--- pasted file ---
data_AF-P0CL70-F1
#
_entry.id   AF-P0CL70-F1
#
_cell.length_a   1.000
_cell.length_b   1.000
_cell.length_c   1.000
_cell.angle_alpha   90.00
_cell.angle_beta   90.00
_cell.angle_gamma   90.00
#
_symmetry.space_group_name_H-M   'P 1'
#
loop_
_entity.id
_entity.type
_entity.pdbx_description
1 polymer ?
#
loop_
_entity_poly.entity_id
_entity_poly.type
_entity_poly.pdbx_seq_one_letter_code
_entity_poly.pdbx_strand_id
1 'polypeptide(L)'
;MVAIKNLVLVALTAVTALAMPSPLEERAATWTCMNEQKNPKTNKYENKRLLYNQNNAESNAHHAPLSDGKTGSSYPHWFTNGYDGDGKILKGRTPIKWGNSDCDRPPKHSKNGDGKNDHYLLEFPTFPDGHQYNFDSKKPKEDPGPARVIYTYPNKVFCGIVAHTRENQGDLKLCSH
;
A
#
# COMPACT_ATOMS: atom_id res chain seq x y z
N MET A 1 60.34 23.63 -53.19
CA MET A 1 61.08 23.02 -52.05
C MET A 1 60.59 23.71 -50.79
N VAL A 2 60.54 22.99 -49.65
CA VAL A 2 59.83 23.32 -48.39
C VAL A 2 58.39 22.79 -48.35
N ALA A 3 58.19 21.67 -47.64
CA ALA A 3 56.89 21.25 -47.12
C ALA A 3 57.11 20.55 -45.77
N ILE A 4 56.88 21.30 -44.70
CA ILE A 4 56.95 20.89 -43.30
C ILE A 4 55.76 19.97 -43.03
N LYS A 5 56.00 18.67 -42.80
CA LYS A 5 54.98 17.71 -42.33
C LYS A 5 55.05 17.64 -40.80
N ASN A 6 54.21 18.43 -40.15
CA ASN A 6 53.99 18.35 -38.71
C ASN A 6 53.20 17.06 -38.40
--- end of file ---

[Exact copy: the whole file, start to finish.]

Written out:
data_AF-P0CL70-F1
#
_entry.id   AF-P0CL70-F1
#
_cell.length_a   1.000
_cell.length_b   1.000
_cell.length_c   1.000
_cell.angle_alpha   90.00
_cell.angle_beta   90.00
_cell.angle_gamma   90.00
#
_symmetry.space_group_name_H-M   'P 1'
#
loop_
_entity.id
_entity.type
_entity.pdbx_description
1 polymer ?
#
loop_
_entity_poly.entity_id
_entity_poly.type
_entity_poly.pdbx_seq_one_letter_code
_entity_poly.pdbx_strand_id
1 'polypeptide(L)'
;MVAIKNLVLVALTAVTALAMPSPLEERAATWTCMNEQKNPKTNKYENKRLLYNQNNAESNAHHAPLSDGKTGSSYPHWFTNGYDGDGKILKGRTPIKWGNSDCDRPPKHSKNGDGKNDHYLLEFPTFPDGHQYNFDSKKPKEDPGPARVIYTYPNKVFCGIVAHTRENQGDLKLCSH
;
A
#
# COMPACT_ATOMS: atom_id res chain seq x y z
N MET A 1 60.34 23.63 -53.19
CA MET A 1 61.08 23.02 -52.05
C MET A 1 60.59 23.71 -50.79
N VAL A 2 60.54 22.99 -49.65
CA VAL A 2 59.83 23.32 -48.39
C VAL A 2 58.39 22.79 -48.35
N ALA A 3 58.19 21.67 -47.64
CA ALA A 3 56.89 21.25 -47.12
C ALA A 3 57.11 20.55 -45.77
N ILE A 4 56.88 21.30 -44.70
CA ILE A 4 56.95 20.89 -43.30
C ILE A 4 55.76 19.97 -43.03
N LYS A 5 56.00 18.67 -42.80
CA LYS A 5 54.98 17.71 -42.33
C LYS A 5 55.05 17.64 -40.80
N ASN A 6 54.21 18.43 -40.15
CA ASN A 6 53.99 18.35 -38.71
C ASN A 6 53.20 17.06 -38.40